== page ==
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Overfishing is a non-sustainable practice of fishing that results in an overall degradation to the ecosystem. Overfishing occurs when fish and other marine species are caught faster than they can reproduce. Not only does this destroy the marine ecosystem, it additionally jeopardizes the food security of more than a billion people. According to the Food and Agriculture Organization, “one in five people on this planet depends on fish as the primary source of protein.”
The United Nations Food and Agriculture Organisation estimates over half of the world’s fish stocks are fully exploited: 52 percent are fully exploited, while 20 percent are moderately exploited, and 17 percent are overexploited. A depressing, 7 percent figure highlights fish stocks that are totally depleted, but a hopeful 1 percent is recovering from depletion.
The introduction of new factory boats led to a 7 percent growth in catches every year during the 1950’s and 1960’s. Modern fishing vessels catch staggering amounts of unwanted fish and other marine life. Approximately 8 to 25 percent of the total global catch is discarded and cast overboard (as dead or dying), and 27 million tons of fish are thrown out each year; equivalent to 600, fully-filled Titanics.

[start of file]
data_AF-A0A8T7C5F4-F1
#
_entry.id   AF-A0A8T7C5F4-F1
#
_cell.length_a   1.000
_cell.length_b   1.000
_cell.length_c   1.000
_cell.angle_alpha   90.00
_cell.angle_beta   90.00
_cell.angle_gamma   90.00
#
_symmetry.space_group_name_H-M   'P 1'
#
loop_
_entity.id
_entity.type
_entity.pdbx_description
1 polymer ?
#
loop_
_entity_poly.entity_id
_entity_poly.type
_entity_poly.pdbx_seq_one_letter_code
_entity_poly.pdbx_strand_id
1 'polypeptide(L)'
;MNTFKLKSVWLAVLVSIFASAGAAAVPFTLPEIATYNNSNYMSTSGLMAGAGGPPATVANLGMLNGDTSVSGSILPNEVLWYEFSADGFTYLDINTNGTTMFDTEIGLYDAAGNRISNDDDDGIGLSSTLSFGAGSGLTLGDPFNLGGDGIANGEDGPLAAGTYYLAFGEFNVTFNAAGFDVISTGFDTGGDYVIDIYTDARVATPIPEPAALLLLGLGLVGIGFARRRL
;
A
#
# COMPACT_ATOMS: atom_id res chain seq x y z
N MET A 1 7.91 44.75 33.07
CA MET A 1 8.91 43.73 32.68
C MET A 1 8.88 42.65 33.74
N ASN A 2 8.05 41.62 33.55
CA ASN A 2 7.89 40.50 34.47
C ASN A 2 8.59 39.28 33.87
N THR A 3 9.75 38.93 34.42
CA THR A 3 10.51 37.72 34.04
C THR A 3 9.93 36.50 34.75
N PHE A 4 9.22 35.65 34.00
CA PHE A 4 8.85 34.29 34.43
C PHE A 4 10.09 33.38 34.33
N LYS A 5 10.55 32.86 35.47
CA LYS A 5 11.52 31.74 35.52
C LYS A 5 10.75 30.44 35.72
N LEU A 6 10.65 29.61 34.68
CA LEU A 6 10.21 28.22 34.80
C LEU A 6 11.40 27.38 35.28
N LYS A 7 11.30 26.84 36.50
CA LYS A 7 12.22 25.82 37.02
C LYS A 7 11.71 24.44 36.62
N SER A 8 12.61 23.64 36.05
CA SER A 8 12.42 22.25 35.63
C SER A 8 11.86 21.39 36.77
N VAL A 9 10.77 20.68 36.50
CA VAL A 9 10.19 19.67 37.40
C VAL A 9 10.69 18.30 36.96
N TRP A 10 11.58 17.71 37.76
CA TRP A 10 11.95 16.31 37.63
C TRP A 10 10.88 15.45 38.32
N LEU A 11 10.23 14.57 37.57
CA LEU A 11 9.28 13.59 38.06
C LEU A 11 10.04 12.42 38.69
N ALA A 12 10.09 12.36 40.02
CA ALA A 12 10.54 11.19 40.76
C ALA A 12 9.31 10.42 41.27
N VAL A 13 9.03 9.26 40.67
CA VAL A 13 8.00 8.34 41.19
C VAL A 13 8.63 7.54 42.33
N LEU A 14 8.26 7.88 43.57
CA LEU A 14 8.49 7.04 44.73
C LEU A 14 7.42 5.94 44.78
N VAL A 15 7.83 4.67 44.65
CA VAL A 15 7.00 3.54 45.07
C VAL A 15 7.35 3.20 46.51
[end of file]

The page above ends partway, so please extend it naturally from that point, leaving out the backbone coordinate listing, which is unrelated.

90 percent of all large predatory fish (including tuna, sharks, swordfish, cod and halibut) are gone. Scientists predict that if current trends continue, world food fisheries could collapse entirely by 2050. Further statements made by Pavan Sukhdev of the UN Environment Programme weigh in on the startling outcome of continued, overfishing practices: “We are in the situation where 40 years down the line we, effectively, are out of fish.”
Overfishing has pushed the Pacific Bluefin Tuna down a shocking 96.4 percent versus unfished levels. Industrial fishing has reduced the number of large ocean fish to just 10 percent of their pre-industrial population, and an additional 3/4 of the world’s fish stocks are being harvested faster than they can reproduce.
How Can I Help?
According to the Save Our Seas website, “preventing overfishing is fairly straightforward: first and foremost, scientifically-determined limits on the number of fish caught must be established for individual fisheries, and these limits must be enforced. Second, fishing methods responsible for most bycatch must either be modified to make them less harmful, or made illegal. And third, key parts of the ecosystem, such as vulnerable spawning grounds and coral reefs, must be fully protected.”
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